by Susanna Baird
Attending a performance in a black-box style space such as Salem Theatre Company's new location at Shetland Park, audience members sit right along the edges of the action. In STC's current piece, the psychological thriller "Entangled," which runs through October 1, director and set designer Nate Bertone takes the concept a step further, inviting the audience onto the set to explore before the play begins.
Walking across the theatre's lovely, aged, wooden floorboards from the set's dining room, where a bottle of champagne sits chilling, into the living room with its ship captain lamp and comfortable couch, then to the kitchen where the fridge bears souvenirs from New England tourist spots, the audience starts guessing at the play's narrative before the play even begins. The kitchen magnets and the Maine license plate on the mantelpiece … New England, for sure. Sailboat on the headboard in the bedroom, seashells in a jar on the bookshelf … must be near the water. Vintage board games scattered everywhere … summer vacation home? But there's snow by the door, has to be winter. And why the champagne?
By the time the lights go down, the audience is already engaged. By the time the actors walk on, they are positioned not only to watch, but also to question, to try to piece together the details gathered from the set with those delivered by three excellent interpretations of playwright Leah Miles' well-constructed characters. "Entangled" centers on newlyweds Ian and Hillary, played by actors John Manning and Caroline Keeler in their STC debuts. Ian and Hillary have retreated to Maine for a New Year's Eve honeymoon. As they begin to share details from their pasts, they grapple with the early-marriage questions many new couples confront: Should we start a family? Where should we live? Ian's childhood friend Scott, played by Lee Holmes, arrives uninvited. As the weather outside moves from snowfall into blizzard, the characters inside start unraveling secrets, and their feelings intensify.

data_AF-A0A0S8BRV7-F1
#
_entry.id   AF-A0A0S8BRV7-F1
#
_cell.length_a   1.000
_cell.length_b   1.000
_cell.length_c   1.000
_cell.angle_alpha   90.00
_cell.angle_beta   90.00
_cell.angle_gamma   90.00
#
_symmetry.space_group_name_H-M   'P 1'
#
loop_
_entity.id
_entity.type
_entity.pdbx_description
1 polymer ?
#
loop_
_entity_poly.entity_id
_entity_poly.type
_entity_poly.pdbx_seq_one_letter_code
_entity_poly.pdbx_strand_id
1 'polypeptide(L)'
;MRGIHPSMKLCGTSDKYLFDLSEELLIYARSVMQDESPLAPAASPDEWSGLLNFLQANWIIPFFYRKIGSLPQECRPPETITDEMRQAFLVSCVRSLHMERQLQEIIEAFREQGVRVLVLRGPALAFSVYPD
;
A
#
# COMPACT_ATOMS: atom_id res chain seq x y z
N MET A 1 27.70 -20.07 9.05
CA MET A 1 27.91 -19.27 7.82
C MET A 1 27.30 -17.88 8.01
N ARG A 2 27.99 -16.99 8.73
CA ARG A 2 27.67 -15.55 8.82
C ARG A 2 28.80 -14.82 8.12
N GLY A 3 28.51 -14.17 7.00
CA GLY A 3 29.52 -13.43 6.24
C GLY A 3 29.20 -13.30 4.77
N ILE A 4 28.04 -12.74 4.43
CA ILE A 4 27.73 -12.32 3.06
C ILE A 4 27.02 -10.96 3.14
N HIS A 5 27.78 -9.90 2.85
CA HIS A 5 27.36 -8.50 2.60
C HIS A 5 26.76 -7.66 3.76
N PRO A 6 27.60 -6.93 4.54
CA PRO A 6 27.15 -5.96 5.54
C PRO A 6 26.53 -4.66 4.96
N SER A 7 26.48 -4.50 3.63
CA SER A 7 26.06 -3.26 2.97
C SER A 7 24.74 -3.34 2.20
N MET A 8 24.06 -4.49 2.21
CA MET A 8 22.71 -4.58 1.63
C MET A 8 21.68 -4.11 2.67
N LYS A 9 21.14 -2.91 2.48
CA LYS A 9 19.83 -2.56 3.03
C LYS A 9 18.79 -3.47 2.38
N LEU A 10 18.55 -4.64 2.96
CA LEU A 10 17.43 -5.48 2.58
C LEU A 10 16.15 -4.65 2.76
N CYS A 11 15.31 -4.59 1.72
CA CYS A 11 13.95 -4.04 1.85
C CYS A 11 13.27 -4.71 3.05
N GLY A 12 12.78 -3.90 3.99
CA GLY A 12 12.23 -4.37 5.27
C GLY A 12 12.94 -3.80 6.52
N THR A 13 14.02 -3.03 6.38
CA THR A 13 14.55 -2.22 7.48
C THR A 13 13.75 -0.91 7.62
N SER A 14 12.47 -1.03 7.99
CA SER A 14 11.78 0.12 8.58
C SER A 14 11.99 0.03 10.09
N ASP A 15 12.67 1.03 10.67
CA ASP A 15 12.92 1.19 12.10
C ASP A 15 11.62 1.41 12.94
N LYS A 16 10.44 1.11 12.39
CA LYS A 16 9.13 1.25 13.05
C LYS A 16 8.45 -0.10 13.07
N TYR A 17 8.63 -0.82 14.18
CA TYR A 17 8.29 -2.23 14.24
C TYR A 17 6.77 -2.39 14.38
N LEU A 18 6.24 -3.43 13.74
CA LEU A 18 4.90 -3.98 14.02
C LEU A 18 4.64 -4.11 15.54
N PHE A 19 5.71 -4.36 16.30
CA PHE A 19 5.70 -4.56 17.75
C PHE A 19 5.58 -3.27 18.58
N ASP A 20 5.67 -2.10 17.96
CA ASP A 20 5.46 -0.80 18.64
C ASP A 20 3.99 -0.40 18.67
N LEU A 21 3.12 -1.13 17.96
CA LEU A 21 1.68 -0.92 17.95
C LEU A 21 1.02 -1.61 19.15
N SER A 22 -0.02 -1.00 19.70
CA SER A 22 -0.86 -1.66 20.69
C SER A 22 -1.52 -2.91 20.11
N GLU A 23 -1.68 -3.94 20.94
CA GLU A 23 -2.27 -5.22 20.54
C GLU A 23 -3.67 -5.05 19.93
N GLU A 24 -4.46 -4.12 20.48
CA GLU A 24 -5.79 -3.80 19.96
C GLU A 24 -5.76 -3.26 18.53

The three actors inhabit their characters and beautifully traverse, each in his or her own fashion, the emotional ramp up which the narrative travels. Keeler's character is a therapist, and we watch her try to remain measured and sane as the situation veers toward crazy. Ian is forced to confront several demons, and Manning moves his character along a believable emotional path from happy honeymooner to ... something else. Lee Holmes's portrayal of Scott hits just the right degree of unstable, never crossing the line into cliché. His expert handling of the character is all the more impressive when considering he's been off stage for eight years, working locally as a web designer and developer.
The play centers upon the meeting of past and present, and that theme holds true behind the scenes as well. Brooklyn-based playwright Miles attended Lynn English and Salem State, and served many years as music teacher at Collins Middle School. More than a decade ago, she taught an 11-year-old Nate Bertone. She noticed his gift for stagecraft and encouraged him to focus on set design. "She was by far the most inspiring teacher I had," Bertone said, speaking on set after the Saturday night performance of "Entangled." Bertone seized upon her advice, working his way up from usher at North Shore Music Theater to its youngest-ever set designer, a status he achieved while still attending Carnegie Mellon's School of Drama. He stayed in touch with his middle-school mentor as she moved from Salem to New York and grew her career. When she sent him the script for "Entangled," he immediately wanted to produce it. STC had mounted a production of Bertone's own play, "Letters from War," during the 2015 season and Bertone welcomed the chance to work in the company's new space.
In the fashion of his own mentor, Miles, Bertone used the play as an opportunity to further the budding career of another young local talent, Marblehead's Kathleen Alexandrou. The high school junior helped out with "Letters from War," and Bertone gave her a chance to shine as lighting designer on "Entangled." "So many people have done this for me," Bertone said. "I now want to do for her what they did."
Entangled plays Thursday-Saturday, September 29-October 1, at 8 p.m. and Saturday, October 1 and 3 p.m. at Salem Theatre Company, 35 Congress Street (Shetland Park), Third Floor. For more information and to purchase tickets, visit www.salemtheatre.com. For more information on Leah Miles, visit www.leahamiles.com. For more information on Nate Bertone, visit www.natebertone.com.)